• Op-eds are longer form opinion pieces from a particular point of view. So for instance if the English department on campus wanted to write an “open letter” to the administration complaining about the tenure process that might take the form of an op-ed. Or if the Student Body President wanted to inform the student body about a particular issue they were passionate about they could write an op-ed.
  • Letters to the editor and op-eds are subject to review, fact-checking, copy-editing and final approval by the paper’s editor-in-chief and their staff.

3. Pitch a story

 

Students, faculty, staff, and community members are invited to pitch a story to the editorial staff. Pitches should adhere to the following guidelines:

 

  • One of the most effective ways to pitch a story to a journalist is to give them a press release. Press releases are typically 1-2 pages and they take the form of a traditional news article—with headlines, quotes from people involved and written using the AP style guide. For examples of press releases you can check out the university’s newsroom blog here.
  • Press releases and other materials can be delivered to the student newsroom in SL 214 or can be sent to paper’s editor-in-chief here.
  • You can also pitch your story in person by visiting a member of staff in the student newsroom. All story ideas are picked up at the discretion of the student staff. Basically, you need to sell your idea to the students who cover your topic.
  • The best story pitches contain one or more of the basic news values: Impact—How will this affect the audience’s lives? Timeliness—Did this just happen? Prominence—Who are the big names involved in the story? Proximity— Is this story local to the audience? The Bizarre—Is there anything unexpected about the story? We sometimes call this “Man Bites Dog”. Conflict—What are the different sides of this issue, and what are their arguments? Currency—is the story of the moment? Is this currently trending? For example, a story about love has currency around Valentine’s Day, and a spooky story has currency at Halloween. Finally, Human Interest—Does the story say something compelling about an individual?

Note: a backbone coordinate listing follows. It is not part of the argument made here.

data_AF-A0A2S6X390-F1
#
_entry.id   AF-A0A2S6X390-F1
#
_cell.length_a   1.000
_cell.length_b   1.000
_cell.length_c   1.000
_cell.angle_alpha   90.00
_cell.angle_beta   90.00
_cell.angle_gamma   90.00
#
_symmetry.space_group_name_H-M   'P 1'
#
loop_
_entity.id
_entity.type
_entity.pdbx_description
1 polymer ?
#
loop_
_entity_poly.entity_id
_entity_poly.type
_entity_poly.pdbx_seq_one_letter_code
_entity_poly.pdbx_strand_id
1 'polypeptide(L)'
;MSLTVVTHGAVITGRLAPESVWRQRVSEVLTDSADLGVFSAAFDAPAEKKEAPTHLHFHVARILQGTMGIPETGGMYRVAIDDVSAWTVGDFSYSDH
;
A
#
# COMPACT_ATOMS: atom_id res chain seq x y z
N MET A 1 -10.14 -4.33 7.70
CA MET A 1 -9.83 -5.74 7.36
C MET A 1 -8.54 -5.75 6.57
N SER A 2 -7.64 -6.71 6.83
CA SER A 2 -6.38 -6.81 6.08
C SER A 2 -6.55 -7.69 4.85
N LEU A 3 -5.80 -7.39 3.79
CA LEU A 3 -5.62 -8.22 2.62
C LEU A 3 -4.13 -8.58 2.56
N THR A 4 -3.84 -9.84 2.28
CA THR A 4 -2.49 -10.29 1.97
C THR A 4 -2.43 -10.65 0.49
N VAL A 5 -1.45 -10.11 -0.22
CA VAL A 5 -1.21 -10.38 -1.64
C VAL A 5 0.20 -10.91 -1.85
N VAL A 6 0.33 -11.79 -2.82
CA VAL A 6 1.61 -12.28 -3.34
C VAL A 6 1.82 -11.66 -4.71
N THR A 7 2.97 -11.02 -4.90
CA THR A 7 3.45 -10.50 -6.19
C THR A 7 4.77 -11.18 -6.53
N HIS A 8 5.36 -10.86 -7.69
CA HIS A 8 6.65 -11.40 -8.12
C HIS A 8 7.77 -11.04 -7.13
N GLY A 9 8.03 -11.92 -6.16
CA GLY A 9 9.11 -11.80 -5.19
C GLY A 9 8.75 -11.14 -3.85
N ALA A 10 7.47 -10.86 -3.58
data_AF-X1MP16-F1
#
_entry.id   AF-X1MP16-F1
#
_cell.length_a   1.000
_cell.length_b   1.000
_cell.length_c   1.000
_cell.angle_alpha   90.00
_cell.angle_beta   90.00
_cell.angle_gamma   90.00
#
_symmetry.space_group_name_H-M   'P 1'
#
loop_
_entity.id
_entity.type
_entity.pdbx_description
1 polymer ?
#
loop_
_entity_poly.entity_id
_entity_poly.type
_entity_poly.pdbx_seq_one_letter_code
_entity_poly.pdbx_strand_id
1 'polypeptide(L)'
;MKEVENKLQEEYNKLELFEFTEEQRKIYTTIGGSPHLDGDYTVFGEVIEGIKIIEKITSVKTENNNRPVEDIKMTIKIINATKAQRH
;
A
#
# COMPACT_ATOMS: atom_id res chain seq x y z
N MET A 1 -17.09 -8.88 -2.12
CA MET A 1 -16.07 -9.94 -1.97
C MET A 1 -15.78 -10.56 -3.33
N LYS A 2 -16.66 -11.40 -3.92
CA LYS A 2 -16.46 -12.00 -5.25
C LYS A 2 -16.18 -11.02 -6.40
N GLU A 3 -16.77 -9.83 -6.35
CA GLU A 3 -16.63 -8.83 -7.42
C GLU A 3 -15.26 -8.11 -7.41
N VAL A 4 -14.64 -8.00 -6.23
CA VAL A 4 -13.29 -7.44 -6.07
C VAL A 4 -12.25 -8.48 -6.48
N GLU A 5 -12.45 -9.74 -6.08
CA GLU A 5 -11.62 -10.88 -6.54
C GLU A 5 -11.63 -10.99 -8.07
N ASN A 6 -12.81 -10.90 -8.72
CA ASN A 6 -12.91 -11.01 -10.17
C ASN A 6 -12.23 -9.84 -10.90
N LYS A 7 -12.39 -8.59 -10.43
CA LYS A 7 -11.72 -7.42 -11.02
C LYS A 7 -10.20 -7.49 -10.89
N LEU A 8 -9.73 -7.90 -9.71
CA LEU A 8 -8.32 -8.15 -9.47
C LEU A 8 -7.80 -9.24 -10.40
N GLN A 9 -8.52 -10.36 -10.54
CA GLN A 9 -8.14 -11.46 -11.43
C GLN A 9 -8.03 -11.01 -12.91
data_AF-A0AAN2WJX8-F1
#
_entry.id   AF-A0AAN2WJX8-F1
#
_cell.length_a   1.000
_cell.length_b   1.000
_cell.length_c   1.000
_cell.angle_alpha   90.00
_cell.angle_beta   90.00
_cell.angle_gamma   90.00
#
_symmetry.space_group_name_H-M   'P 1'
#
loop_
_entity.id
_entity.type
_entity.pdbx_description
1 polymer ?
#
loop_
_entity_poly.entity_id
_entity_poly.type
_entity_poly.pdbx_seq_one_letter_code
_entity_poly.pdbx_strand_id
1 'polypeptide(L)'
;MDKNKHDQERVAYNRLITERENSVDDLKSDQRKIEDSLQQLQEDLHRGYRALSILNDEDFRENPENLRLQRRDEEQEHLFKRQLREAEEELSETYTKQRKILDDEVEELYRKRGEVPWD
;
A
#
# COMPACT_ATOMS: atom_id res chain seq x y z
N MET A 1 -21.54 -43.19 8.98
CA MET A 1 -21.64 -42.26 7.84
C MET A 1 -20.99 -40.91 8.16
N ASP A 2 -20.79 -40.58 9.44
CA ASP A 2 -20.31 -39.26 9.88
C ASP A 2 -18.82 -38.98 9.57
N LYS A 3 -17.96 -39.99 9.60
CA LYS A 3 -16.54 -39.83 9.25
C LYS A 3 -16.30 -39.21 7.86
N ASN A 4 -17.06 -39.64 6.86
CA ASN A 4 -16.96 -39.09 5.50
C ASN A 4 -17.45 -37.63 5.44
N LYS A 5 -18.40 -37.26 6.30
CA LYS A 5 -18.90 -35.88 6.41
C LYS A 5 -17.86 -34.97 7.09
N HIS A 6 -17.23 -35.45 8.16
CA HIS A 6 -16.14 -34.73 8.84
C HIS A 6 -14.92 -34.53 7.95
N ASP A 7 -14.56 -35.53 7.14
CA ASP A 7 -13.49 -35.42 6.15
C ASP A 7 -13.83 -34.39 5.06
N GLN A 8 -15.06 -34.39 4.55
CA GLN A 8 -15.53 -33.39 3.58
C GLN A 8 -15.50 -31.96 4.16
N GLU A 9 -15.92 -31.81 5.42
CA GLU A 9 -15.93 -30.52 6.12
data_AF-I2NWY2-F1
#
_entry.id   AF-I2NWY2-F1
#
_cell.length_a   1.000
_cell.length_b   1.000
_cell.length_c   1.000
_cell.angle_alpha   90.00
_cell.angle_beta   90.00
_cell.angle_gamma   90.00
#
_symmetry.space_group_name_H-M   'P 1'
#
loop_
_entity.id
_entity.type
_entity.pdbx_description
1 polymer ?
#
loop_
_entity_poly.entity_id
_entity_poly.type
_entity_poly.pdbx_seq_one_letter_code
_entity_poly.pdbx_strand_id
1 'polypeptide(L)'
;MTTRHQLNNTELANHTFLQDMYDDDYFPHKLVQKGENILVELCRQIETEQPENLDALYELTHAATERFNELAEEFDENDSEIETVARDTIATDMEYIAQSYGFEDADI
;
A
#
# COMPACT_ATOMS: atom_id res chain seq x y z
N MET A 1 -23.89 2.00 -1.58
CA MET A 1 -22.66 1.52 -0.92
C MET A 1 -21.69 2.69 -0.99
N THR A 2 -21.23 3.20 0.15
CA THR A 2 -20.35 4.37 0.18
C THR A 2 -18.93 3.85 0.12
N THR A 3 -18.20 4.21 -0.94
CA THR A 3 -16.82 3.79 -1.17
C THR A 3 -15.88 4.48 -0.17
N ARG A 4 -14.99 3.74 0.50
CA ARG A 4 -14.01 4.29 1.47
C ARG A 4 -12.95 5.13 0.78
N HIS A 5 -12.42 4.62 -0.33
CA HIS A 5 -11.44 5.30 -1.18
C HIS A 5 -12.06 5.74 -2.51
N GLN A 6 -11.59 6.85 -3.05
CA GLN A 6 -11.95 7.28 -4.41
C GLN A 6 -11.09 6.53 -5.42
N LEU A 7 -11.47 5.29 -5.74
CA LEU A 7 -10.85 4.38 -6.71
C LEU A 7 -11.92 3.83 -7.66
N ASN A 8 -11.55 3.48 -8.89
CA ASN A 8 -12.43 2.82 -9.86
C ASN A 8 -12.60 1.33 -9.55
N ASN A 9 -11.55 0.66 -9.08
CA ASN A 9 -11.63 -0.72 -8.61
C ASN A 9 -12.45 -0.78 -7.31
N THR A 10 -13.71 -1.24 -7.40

4. Pay for advertising space in either the print or online editions

 

Finally, the best way to make sure your message will definitely appear in the paper is to buy an advertisement.

 

Rate Card and Publication Schedule

Board Members

Mallory Black

Mallory Black

communications manager

strong hearts native helpline

 

 
Jordan Carroll

Jordan Carroll

managing editor

the daily herald

 

 
Craig Conover

Craig Conover

retail manager

the daily herald

 

 
Tad Walch

Tad Walch

reporter deseret news

 

 
David Newlin

David Newlin

technical writer

former digital editor at the salt lake tribune

 

 
Isaac Halasima

Isaac Halasima

independent television and film producer

 

 
Stephen Whyte

Stephen Whyte

associate vice president university marketing & communications

 

 
Alexis Palmer

Alexis Palmer

associate vice president student affairs

uvu dean of students

 

 
Rob Smith

Marc Reynolds

student body president UVUSA

 

 
Kimberly Bojorquez

Kimberly Bojorquez

editor-in-chief, The UVU Review

 

 
James Fisher

James Fisher

Assistant professor, uvu department of communication

 

 
C. Vegor Pederson

C. Vegor Pedersen

coordinator of student media 

vegorp@uvu.edu